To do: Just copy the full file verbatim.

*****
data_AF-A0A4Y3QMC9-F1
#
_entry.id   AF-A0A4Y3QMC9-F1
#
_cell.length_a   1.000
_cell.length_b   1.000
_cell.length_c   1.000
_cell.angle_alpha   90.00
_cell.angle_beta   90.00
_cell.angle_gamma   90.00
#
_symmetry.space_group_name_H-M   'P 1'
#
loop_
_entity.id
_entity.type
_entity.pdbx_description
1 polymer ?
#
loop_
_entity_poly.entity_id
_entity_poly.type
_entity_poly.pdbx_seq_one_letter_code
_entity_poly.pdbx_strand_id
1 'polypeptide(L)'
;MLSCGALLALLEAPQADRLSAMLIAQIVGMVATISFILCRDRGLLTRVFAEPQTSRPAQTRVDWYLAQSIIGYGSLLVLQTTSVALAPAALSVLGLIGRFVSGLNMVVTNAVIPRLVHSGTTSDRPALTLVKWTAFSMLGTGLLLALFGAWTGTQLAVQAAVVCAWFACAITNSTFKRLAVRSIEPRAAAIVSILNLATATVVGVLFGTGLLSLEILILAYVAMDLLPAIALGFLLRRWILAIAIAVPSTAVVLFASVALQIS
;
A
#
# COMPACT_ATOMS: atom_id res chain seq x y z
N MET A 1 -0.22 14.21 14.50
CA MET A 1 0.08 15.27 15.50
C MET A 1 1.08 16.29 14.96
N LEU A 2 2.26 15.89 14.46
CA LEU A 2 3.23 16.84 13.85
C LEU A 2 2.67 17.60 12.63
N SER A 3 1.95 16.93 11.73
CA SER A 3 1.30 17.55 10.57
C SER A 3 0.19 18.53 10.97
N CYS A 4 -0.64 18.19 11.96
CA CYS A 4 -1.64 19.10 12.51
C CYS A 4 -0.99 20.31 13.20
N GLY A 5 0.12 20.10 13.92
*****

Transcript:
data_AF-A0A4Y3QMC9-F1
#
_entry.id   AF-A0A4Y3QMC9-F1
#
_cell.length_a   1.000
_cell.length_b   1.000
_cell.length_c   1.000
_cell.angle_alpha   90.00
_cell.angle_beta   90.00
_cell.angle_gamma   90.00
#
_symmetry.space_group_name_H-M   'P 1'
#
loop_
_entity.id
_entity.type
_entity.pdbx_description
1 polymer ?
#
loop_
_entity_poly.entity_id
_entity_poly.type
_entity_poly.pdbx_seq_one_letter_code
_entity_poly.pdbx_strand_id
1 'polypeptide(L)'
;MLSCGALLALLEAPQADRLSAMLIAQIVGMVATISFILCRDRGLLTRVFAEPQTSRPAQTRVDWYLAQSIIGYGSLLVLQTTSVALAPAALSVLGLIGRFVSGLNMVVTNAVIPRLVHSGTTSDRPALTLVKWTAFSMLGTGLLLALFGAWTGTQLAVQAAVVCAWFACAITNSTFKRLAVRSIEPRAAAIVSILNLATATVVGVLFGTGLLSLEILILAYVAMDLLPAIALGFLLRRWILAIAIAVPSTAVVLFASVALQIS
;
A
#
# COMPACT_ATOMS: atom_id res chain seq x y z
N MET A 1 -0.22 14.21 14.50
CA MET A 1 0.08 15.27 15.50
C MET A 1 1.08 16.29 14.96
N LEU A 2 2.26 15.89 14.46
CA LEU A 2 3.23 16.84 13.85
C LEU A 2 2.67 17.60 12.63
N SER A 3 1.95 16.93 11.73
CA SER A 3 1.30 17.55 10.57
C SER A 3 0.19 18.53 10.97
N CYS A 4 -0.64 18.19 11.96
CA CYS A 4 -1.64 19.10 12.51
C CYS A 4 -0.99 20.31 13.20
N GLY A 5 0.12 20.10 13.92